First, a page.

The COVID-19 crisis has been a surreal experience for many – especially for those on the front lines of care. And even more so for caregivers who themselves became infected with the virus.
With an early cluster of cases at CentraState, physician leaders quickly realized that an innovative approach to delivering care was needed. COVID-19 clinician teams were created to effectively coordinate care while minimizing exposure to the virus. John DeTullio, MD, board-certified pulmonologist/critical care physician and president of CentraState Healthcare Partners, was a member of this response team, regularly assessing and treating patients with COVID-19.
Then on April 14, he began to feel a little off, with symptoms like body aches, nasal congestion, and itchy eyes. He took a day off, but soon had a 100.2 fever and headed to the CentraState Emergency Department for a chest X-ray and nasal swab. Test results came back positive for COVID-19.
“In treating patients for the prior six weeks, I knew how this disease behaved – and I knew it could significantly worsen between days 7 to 12,” he recalls. “At my age with occasional asthma, it was frightening knowing and waiting for what could happen.”
During a 14-day quarantine in his bedroom, Dr. Detullio developed a slight cough and lost his sense of smell and taste. By day 7 or 8, his fever rose to 101 and he experienced shortness of breath, with an oxygen saturation of 92% to 93%. His wife, who was quarantining in another part of their home, left three meals a day at his bedroom door.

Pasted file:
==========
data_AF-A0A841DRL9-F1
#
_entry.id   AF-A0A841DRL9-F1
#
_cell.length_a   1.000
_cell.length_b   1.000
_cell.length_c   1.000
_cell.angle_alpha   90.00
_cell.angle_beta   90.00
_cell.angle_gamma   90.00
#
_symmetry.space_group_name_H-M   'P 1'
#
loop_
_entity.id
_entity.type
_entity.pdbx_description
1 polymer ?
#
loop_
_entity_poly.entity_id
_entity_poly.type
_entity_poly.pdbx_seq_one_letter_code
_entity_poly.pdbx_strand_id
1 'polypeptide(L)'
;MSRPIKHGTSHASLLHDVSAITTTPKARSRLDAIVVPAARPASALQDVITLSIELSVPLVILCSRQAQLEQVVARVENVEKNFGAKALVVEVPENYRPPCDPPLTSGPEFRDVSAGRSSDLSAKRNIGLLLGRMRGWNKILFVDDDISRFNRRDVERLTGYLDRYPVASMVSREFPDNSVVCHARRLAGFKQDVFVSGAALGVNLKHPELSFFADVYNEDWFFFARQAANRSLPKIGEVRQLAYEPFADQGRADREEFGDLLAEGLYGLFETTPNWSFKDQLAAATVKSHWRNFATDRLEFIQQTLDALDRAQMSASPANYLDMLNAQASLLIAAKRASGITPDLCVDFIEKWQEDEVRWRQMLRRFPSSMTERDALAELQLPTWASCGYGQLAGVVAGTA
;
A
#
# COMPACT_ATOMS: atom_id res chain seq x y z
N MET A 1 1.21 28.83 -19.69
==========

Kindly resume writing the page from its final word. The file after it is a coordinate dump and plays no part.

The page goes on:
“For a few days I was pretty concerned, but connecting with people via phone, text, and email helped,” he says. “I also tried to stay out of bed except for naps and during the night.”
Determined to fight the virus, Dr. DeTullio walked 3,000 to 5,000 steps a day in his own bedroom whenever possible. He also periodically rested in a prone position when his oxygen saturation was low.
After the 14-day quarantine period, several negative tests, and an additional week of rest to regain his strength, Dr. DeTullio returned to patient care with a personal perspective on the disease.
“I was lucky to have had a mild case and support to help me through it,” he adds. “This pandemic has been an ever-changing learning experience, but we’ve collectively shared insights and expertise to provide the best care possible for our patients and the community – and we’re ready for whatever comes next.”